2:42 than just the 10 releases.
2:43 Actually get the 10 distinct packages.
2:46 So we've got that.
2:47 Now, what I want to do is come up with
2:48 just the package IDs as a list of strings.
2:54 I'm going to do that with a simple list comprehension.
2:56 So say r.package_id for r in releases.
3:00 In fact, if we wanted to do it I could even do it
3:02 as a set comprehension. and that would give us
3:06 distinct packages so we don't have to check
3:08 for them existing twice. Beautiful.
3:10 So, we've got the latest releases
3:12 and now we've converted those to the distinct
3:14 set of the latest package IDs.
3:16 Now all you got to do is actually get the packages.
3:21 I just realized my little trick here is going to be great but
3:25 we're going to need packages in order as well.
3:30 So let's do this.
3:35 So now we need to do a query
3:37 so we go back to the session.
3:38 Go to query and this time on package.
3:40 And how do we say I would like all the packages
3:42 that are in this set of package IDs.
3:45 Turns out that's super easy.
3:46 Say filter
3:49 package.id.in_
3:53 Because in_ is a keyword they say in underscore you give it
3:58 package IDs. That's it.
4:00 That's going to give us all the matching packages.
4:04 Now, we need to preserve the order.
4:06 So, if all we wanted was the packages
4:08 we could just kick those back.
4:10 But remember, we asked for more than one
4:12 so we don't get duplication, things like that.
4:15 So, let's go and actually turn this into a quick dictionary.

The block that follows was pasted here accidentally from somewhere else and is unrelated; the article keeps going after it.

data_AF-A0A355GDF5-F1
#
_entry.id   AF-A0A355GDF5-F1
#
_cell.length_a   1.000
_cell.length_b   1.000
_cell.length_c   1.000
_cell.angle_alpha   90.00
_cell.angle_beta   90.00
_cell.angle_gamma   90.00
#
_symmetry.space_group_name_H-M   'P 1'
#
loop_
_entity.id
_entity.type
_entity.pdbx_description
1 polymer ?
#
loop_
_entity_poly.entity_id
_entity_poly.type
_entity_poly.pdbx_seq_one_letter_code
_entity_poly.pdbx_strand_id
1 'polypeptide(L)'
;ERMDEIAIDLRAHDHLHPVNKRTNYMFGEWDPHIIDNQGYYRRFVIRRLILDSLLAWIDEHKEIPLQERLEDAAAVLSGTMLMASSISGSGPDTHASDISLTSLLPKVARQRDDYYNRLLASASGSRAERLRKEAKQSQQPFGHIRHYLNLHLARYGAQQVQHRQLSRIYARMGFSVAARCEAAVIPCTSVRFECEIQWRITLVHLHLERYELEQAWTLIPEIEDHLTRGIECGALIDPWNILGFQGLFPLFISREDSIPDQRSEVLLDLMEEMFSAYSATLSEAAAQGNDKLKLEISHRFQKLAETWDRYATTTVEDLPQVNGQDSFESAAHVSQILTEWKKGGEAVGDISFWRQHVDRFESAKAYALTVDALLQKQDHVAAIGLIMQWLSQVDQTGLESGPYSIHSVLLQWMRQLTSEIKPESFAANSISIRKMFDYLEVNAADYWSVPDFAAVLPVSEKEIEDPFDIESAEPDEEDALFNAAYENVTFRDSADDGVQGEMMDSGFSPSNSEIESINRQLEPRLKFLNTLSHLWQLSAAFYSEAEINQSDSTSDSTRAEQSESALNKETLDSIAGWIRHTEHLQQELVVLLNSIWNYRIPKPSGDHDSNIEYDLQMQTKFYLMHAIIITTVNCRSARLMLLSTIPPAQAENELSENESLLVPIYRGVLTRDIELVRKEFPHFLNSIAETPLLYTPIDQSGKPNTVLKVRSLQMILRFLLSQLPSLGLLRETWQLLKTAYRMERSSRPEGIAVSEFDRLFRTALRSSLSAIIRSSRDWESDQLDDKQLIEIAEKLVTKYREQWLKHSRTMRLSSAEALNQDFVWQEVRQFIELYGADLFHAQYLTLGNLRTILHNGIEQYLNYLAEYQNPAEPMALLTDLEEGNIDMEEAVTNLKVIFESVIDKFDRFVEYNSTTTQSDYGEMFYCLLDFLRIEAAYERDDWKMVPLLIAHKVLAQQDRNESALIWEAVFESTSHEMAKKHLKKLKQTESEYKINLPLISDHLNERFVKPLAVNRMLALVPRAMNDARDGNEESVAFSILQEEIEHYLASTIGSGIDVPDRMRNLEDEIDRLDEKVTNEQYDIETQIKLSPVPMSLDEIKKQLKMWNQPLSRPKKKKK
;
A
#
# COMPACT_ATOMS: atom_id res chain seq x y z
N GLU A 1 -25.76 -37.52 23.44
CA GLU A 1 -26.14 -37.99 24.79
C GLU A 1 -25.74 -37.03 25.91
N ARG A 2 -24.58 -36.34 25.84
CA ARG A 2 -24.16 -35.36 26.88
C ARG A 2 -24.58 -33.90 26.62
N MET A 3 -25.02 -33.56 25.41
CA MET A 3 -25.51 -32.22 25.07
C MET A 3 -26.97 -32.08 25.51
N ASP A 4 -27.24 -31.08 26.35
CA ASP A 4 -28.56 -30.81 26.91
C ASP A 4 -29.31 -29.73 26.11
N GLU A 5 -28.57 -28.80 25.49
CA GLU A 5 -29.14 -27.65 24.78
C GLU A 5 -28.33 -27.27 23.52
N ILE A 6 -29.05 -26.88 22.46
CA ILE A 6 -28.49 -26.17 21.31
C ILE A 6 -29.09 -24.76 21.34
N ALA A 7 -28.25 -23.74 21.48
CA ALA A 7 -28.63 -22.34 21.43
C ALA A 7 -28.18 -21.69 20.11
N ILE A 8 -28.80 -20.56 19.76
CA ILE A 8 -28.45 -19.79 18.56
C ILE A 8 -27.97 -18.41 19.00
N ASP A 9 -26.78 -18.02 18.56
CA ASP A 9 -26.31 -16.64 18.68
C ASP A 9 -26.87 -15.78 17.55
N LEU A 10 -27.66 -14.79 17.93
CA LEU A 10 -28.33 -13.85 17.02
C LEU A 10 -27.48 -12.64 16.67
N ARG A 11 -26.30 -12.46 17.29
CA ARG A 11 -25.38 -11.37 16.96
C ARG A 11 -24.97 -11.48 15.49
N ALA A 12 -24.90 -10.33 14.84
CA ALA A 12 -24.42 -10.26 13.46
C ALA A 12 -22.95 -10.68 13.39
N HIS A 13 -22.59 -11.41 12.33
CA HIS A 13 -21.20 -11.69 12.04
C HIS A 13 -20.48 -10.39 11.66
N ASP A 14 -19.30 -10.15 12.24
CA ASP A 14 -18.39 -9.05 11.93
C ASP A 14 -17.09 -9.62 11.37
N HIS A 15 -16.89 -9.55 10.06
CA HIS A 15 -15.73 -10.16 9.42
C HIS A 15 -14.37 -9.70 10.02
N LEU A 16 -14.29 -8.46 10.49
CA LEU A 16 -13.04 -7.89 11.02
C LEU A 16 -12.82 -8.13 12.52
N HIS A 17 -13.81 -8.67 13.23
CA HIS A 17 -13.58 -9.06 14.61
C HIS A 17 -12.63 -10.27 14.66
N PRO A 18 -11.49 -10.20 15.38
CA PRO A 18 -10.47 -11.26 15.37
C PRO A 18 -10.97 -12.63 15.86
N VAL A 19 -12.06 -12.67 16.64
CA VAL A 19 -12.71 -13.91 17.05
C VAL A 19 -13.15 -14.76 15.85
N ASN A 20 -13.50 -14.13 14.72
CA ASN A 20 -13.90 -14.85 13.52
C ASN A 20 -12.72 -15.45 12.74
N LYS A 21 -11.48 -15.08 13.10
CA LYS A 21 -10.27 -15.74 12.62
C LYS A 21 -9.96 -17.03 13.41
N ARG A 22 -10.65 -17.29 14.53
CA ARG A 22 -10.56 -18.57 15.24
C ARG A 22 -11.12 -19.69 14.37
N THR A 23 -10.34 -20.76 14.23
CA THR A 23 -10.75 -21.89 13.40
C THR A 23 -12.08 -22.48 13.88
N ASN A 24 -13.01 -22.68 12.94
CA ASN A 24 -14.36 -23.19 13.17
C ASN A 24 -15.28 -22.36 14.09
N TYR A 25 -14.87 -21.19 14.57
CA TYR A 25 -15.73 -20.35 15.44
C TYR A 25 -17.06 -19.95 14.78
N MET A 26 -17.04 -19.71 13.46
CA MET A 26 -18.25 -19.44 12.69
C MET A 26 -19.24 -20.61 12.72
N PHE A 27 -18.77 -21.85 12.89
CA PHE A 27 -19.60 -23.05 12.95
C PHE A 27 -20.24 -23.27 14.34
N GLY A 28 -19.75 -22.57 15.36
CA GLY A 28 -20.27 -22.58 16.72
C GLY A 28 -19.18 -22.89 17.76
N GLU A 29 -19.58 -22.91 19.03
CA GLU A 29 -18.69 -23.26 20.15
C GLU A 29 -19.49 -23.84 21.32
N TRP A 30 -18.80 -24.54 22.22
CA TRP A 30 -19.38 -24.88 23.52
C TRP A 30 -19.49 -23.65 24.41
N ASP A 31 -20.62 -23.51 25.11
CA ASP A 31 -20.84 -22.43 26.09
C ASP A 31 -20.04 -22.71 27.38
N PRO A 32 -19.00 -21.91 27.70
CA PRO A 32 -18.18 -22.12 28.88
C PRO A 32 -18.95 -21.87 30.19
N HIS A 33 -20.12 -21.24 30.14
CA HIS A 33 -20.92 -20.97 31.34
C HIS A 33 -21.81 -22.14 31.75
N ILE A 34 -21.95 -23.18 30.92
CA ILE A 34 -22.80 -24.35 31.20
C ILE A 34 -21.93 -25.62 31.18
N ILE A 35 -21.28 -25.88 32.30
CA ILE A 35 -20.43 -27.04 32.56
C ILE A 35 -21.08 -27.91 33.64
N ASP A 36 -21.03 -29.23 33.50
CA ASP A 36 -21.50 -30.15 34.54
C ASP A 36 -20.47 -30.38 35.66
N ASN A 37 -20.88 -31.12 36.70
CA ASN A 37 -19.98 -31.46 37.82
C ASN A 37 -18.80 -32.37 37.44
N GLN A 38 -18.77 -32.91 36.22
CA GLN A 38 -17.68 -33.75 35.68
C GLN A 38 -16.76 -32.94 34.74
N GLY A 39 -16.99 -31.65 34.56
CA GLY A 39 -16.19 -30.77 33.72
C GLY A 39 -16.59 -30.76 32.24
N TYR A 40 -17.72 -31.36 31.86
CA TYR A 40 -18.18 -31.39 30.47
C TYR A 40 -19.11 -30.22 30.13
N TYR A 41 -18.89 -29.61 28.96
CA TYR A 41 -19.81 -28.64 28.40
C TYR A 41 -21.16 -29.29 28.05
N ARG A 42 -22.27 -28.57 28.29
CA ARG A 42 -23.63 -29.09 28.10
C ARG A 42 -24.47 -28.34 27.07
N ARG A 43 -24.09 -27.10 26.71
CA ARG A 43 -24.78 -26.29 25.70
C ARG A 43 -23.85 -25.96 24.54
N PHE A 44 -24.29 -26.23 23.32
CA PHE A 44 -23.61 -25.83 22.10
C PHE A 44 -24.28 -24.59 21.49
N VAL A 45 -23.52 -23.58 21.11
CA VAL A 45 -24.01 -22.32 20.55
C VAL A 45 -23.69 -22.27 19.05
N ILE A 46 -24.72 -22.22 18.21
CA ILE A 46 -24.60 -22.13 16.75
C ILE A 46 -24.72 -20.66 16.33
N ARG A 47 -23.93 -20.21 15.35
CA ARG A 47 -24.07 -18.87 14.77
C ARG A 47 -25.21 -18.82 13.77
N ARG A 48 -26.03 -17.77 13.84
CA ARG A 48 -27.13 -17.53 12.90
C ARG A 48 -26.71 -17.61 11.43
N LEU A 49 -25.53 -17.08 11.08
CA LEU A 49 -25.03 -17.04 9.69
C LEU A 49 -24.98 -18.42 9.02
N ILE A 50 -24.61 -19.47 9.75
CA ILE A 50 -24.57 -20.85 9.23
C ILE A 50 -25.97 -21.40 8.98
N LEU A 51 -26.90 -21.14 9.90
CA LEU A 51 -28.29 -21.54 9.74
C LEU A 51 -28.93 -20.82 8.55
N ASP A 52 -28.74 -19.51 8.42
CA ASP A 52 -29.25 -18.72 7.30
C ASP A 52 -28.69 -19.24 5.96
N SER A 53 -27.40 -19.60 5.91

4:18 p. based on the ID.
4:23 Do a little dictionary comprehension on that result
4:27 and then finally we'll get these back.
4:37 so we're just going to put stuff into this
4:39 little results array right here and we're going to do it in order.
4:42 There's probably a cool join way if I was better
4:45 at data bases I could do that here
4:47 but we're doing it this sort of convoluted way
4:49 and it's going to work fine.
4:51 Maybe not the most efficient, but not too bad.
4:57 Alright, so we've got our results
4:58 going through the releases in order
4:59 and adding the packages in order
5:01 and then we're adding them back.
5:03 So this should work, but we're not calling it yet.
5:06 Lets go over here, remember our get_test_packages?
5:09 So we'll say, package service, not latest releases.
5:12 Now, this is also not going to work
5:14 because if we go over to our template
5:16 it was using that fake data which had names.
5:19 We don't have names, we have IDs.
5:21 We actually do now have a description
5:23 so let's put that in there. p.summary in here.
5:27 Alright, let's give it a shot, see how we're doing.
5:30 Here's where the stuff goes, we run it, Boom!
5:34 Sweet, look at that. We've got 1, 2, 3, 4, 5
5:38 6, 7, 8, 9, 10. Exactly like we asked for.
5:42 Awesome! So now we've got our packages right here.
5:46 It looks like awscli was the most recent release
5:50 out of the ones that we have.
5:52 And now if we click on it, well it doesn't take us anywhere.
5:54 Let's do one more thing.
5:56 We have this ID here, and lets fix r href.
6:00 This is project/{id}, refresh
6:06 Boom.
6:07 That page needs some help.
6:08 But this page, this page is done.
6:10 This is awesome.